Kekatong


INTRODUCTION

The Standard Malaysian Name for the timber of Cynometra spp. (Leguminosae). Vernacular names applied include belangan (Peninsular Malaysia), belangkan (Peninsular Malaysia), katong-katong (Peninsular Malaysia and Sabah) and kekatong laut (Peninsular Malaysia). Major species include C. elmeri, C. iripa, C. malaccensis, C. mirabilis and C. ramiflora. The sapwood is lighter in colour than the heartwood and not well defined from the heartwood, which is red-brown or claret-red with streaks of lighter colour.

Also known as Chom prinh (Cambodia); Moivi and Tongatu (Fiji); Ping (India); Kateng and Kepel (Indonesia); Mai li (Laos); Myinga (Myanmar); Balitbitan and Oringen (Philippines); and Katong and Mang Kha (Thailand).


DENSITY

The timber is a Heavy Hardwood with a density of 880-1,155 kg/m3 air dry.


NATURAL DURABILITY

Based on the standard graveyard test of untreated specimens of dimension 50 mm x 50 mm x 600 mm, the wood is classified as moderately durable under Malaysian climatic conditions. The average service life for 52 untreated specimens of C. malaccensis was about 4.2 years (Mohd. Dahlan & Tam, in press).  


PRESERVATIVE TREATMENT

The timber of kekatong is not amenable to preservative impregnation and is classified as very difficult to treat.


TEXTURE

Texture is moderately fine and uneven, with straight to shallowly interlocked grain.


STRENGTH PROPERTIES

The timber falls into Strength Group A (Engku, 1988b) or SG 2 (MS 544:Part 2:2001).


Strength Properties of Kekatong (C. malaccensis)

Test Condition

Modulus of Elasticity(MPa)

Modulus of Rupture(MPa)

Compression parallel to grain (MPa)

Compression perpendicular to grain (MPa)

Shear strength(MPa)

Green

17,000

105

56.0

11.03

13.2

Air dry

18,400

135

67.0

11.38

15.6


MACHINING PROPERTIES

It is easy to difficult to resaw and difficult to cross-cut. Planing is easy to slightly difficult and the surface produced is moderately smooth.


Machining Properties of Kekatong (C. malaccensis)

Test Condition

Sawing

Planing

Boring

Turning

Re-sawing

Cross Cutting

Ease of planing

Quality of finish

Ease of boring

Quality of finish

Ease of turning

Quality of finish

Green

easy

difficult

easy

moderately smooth

easy

smooth to rough

-

-

Air dry

difficult

difficult

slightly difficult

moderately smooth

slightly difficult

moderately smooth

difficult

moderately smooth


NAILING PROPERTY

Nailing property is rated as poor.


AIR DRYING

The timber seasons moderately slowly without degrade except for some end-checking. 13 mm thick boards take 3 months to air dry, while 38 mm thick boards take 5 months.


KILN-DRYING

Kiln Schedule B is recommended. 25 mm thick boards can be kiln-dried in 8 days.


Kiln Schedule B

Moisture Content (%)

 Temperature (Dry Bulb)

  Temperature (Wet Bulb)

Relative Humidity (%) (approx.)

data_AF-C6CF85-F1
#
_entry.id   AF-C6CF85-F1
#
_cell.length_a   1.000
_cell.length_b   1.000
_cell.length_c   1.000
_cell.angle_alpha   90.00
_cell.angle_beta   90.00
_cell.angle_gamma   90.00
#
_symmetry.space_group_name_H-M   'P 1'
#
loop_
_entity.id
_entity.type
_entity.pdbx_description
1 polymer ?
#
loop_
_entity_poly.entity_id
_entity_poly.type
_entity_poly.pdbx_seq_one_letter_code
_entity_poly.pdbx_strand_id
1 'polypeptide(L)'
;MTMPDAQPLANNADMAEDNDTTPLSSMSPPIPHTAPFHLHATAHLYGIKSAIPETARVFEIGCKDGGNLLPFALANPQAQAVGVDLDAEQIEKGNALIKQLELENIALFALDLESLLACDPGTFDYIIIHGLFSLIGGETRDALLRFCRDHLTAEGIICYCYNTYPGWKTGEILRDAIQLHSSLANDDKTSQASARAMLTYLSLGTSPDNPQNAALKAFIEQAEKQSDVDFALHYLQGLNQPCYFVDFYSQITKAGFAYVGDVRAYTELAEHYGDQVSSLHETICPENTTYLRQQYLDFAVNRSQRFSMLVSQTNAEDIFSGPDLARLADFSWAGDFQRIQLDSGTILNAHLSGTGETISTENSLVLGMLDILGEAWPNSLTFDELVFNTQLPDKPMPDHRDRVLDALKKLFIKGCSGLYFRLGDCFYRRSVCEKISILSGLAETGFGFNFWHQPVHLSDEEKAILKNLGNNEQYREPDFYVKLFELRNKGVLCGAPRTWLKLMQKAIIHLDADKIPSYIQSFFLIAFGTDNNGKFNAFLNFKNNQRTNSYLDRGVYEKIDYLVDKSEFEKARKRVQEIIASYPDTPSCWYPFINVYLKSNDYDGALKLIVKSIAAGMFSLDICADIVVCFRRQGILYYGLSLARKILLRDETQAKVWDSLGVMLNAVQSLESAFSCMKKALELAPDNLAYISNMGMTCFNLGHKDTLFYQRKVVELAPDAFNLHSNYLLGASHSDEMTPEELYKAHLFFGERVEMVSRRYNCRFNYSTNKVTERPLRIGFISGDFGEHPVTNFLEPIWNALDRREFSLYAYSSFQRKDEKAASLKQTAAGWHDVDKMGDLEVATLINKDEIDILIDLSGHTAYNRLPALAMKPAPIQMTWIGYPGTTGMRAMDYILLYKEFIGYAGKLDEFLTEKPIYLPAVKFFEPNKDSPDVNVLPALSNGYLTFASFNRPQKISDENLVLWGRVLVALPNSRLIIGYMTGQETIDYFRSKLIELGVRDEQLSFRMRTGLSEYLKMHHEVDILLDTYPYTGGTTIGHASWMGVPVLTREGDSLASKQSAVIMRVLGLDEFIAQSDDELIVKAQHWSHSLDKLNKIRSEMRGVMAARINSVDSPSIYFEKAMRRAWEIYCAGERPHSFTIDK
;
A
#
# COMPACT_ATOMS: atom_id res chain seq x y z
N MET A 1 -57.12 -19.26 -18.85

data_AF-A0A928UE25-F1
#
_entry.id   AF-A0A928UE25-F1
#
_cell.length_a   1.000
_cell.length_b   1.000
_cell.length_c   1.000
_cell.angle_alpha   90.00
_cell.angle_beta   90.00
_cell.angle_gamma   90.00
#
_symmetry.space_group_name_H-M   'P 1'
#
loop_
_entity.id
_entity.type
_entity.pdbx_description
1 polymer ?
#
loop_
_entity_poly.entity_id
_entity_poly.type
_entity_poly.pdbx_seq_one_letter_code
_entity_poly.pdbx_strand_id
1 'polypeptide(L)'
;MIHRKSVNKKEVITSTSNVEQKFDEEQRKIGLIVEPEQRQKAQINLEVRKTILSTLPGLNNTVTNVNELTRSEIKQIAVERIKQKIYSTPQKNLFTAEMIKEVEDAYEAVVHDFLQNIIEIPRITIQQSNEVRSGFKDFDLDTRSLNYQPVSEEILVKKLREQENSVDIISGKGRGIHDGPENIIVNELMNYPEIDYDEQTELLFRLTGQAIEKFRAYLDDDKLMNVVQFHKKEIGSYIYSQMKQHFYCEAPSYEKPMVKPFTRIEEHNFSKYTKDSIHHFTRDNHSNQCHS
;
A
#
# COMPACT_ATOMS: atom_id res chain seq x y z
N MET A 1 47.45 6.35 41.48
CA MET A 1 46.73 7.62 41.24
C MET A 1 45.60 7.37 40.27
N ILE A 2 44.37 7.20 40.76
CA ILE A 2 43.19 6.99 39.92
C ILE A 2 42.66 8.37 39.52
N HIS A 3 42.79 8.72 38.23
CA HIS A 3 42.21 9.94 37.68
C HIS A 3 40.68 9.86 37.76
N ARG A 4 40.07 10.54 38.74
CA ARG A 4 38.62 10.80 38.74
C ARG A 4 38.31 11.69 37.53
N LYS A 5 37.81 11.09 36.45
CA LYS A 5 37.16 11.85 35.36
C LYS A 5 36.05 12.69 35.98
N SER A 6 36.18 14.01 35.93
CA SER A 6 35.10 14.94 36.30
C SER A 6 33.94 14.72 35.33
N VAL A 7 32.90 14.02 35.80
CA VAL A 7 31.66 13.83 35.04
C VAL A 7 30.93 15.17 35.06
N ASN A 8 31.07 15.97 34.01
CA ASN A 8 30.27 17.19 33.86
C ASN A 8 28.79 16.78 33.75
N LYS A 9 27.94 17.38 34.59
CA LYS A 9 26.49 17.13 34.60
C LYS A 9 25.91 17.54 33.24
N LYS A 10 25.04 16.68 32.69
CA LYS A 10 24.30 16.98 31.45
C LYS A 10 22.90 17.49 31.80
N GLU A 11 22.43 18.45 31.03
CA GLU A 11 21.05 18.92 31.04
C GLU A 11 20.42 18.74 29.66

F

C

F

C

Green

105

40.5

101

38.0

85

40

105

40.5

99

37.0

80

30

110

43.5

102

39.0

75

25

115

46.0

105

40.5

70

20

130

54.5

115

46.0

60

15

140

60.0

118

47.5

50


SHRINKAGE

Shrinkage is 1.6% and 2.7% on the radial and tangential surfaces respectively.


DEFECTS

Desch (1941) recorded that pin holes, end splitting and end checks are common in C. malaccensis logs. Occasional spongy heart at the centre of the logs was also observed. The sapwood of C. malaccensis was reported to be very readily attacked by powder-post beetles (Burgess, 1966).   


USES

The timber is suitable for heavy construction under cover, telegraphic and power transmission posts and cross arms, beams, posts, joists, rafters, door and window frames and sills, flooring (heavy traffic), fender supports, railway sleepers when treated, cooling tower (structural members), staircase (apron linings, balustrades, newels and stringers), vehicle bodies (framework and floor boards), pallets (heavy duty and permanent tyrpes), tool handles (impact) and laboratory benches.


REFERENCES

  1. Burgess, P. F. 1966. Timber of Sabah. Sabah For. Rec. No. 6.
  2. Desch, H. E. 1941. Manual of Malaysian Timbers. Mal. For. Rec. No. 15 Vol. 1.
  3. Engku Abdul Rahman Chik. 1998b. Basic and Grade Stresses for Strength Groups of Malaysian Timbers. Malayan Forest Service Trade Leaflet No. 38. The Malaysian Timber Industry Board and Forest Research Institute Malaysia, Kuala Lumpur. 13 pp.
  4. Menon, P. K. B. 1986. Uses of Some Malaysian Timbers. Revised by Lim, S. C. Timber Trade Leaflet No. 31. The Malaysian Timber Industry Board and Forest Research Institute Malaysia, Kuala Lumpur. 48 pp.
  5. Mohd. Dahlan Jantan and Tam, M.K. (in press). Natural Durability of Some Malaysian Timbers by Stake Test. Malay. For.
  6. Mohd. Shukari Midon. 1983. Malaysian Timbers - Kekatong. Timber Trade Leaflet No. 79. The Malaysian Timber Industry Board and Forest Research Institute Malaysia, Kuala Lumpur. 7 pp. 
  7. MS 544:Part 2:2001. Code of Practice for the Structural Use of Timber: Permissible Stress Design of Solid Timber.
  8. Wong, T. M. 1982. A Dictionary of Malaysian Timbers. Revised by Lim, S. C. & Chung, R. C. K. Malayan Forest Records No. 30. Forest Research Institute Malaysia, Kuala Lumpur. 201 pp.